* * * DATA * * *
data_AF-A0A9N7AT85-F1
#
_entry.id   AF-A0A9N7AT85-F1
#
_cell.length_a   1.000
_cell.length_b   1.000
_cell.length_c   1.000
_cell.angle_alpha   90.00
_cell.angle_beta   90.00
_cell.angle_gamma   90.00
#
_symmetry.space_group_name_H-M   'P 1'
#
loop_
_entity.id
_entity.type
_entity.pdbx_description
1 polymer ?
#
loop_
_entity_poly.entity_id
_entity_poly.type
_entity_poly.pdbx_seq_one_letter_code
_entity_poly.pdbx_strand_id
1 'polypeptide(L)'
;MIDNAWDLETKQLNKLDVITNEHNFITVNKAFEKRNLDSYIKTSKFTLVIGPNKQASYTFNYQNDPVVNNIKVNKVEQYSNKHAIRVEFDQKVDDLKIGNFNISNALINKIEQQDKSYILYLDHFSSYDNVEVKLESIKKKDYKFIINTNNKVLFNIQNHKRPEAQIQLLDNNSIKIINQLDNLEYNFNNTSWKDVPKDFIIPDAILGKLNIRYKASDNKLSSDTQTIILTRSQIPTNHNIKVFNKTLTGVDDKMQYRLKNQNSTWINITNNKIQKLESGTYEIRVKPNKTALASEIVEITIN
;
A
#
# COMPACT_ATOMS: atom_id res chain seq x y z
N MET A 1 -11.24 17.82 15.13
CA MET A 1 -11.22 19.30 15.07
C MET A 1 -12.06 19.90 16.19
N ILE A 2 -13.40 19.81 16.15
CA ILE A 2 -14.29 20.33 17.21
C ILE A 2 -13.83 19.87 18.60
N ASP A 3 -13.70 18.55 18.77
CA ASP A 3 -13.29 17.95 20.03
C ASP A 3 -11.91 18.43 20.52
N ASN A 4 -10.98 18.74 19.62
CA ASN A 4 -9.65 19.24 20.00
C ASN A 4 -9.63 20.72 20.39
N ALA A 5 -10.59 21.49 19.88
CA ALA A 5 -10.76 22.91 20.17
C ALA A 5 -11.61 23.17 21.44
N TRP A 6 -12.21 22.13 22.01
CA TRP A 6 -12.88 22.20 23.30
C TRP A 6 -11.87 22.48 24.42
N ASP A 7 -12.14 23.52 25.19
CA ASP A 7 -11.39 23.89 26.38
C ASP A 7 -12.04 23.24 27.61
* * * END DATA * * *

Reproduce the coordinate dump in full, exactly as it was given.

data_AF-A0A9N7AT85-F1
#
_entry.id   AF-A0A9N7AT85-F1
#
_cell.length_a   1.000
_cell.length_b   1.000
_cell.length_c   1.000
_cell.angle_alpha   90.00
_cell.angle_beta   90.00
_cell.angle_gamma   90.00
#
_symmetry.space_group_name_H-M   'P 1'
#
loop_
_entity.id
_entity.type
_entity.pdbx_description
1 polymer ?
#
loop_
_entity_poly.entity_id
_entity_poly.type
_entity_poly.pdbx_seq_one_letter_code
_entity_poly.pdbx_strand_id
1 'polypeptide(L)'
;MIDNAWDLETKQLNKLDVITNEHNFITVNKAFEKRNLDSYIKTSKFTLVIGPNKQASYTFNYQNDPVVNNIKVNKVEQYSNKHAIRVEFDQKVDDLKIGNFNISNALINKIEQQDKSYILYLDHFSSYDNVEVKLESIKKKDYKFIINTNNKVLFNIQNHKRPEAQIQLLDNNSIKIINQLDNLEYNFNNTSWKDVPKDFIIPDAILGKLNIRYKASDNKLSSDTQTIILTRSQIPTNHNIKVFNKTLTGVDDKMQYRLKNQNSTWINITNNKIQKLESGTYEIRVKPNKTALASEIVEITIN
;
A
#
# COMPACT_ATOMS: atom_id res chain seq x y z
N MET A 1 -11.24 17.82 15.13
CA MET A 1 -11.22 19.30 15.07
C MET A 1 -12.06 19.90 16.19
N ILE A 2 -13.40 19.81 16.15
CA ILE A 2 -14.29 20.33 17.21
C ILE A 2 -13.83 19.87 18.60
N ASP A 3 -13.70 18.55 18.77
CA ASP A 3 -13.29 17.95 20.03
C ASP A 3 -11.91 18.43 20.52
N ASN A 4 -10.98 18.74 19.62
CA ASN A 4 -9.65 19.24 20.00
C ASN A 4 -9.63 20.72 20.39
N ALA A 5 -10.59 21.49 19.88
CA ALA A 5 -10.76 22.91 20.17
C ALA A 5 -11.61 23.17 21.44
N TRP A 6 -12.21 22.13 22.01
CA TRP A 6 -12.88 22.20 23.30
C TRP A 6 -11.87 22.48 24.42
N ASP A 7 -12.14 23.52 25.19
CA ASP A 7 -11.39 23.89 26.38
C ASP A 7 -12.04 23.24 27.61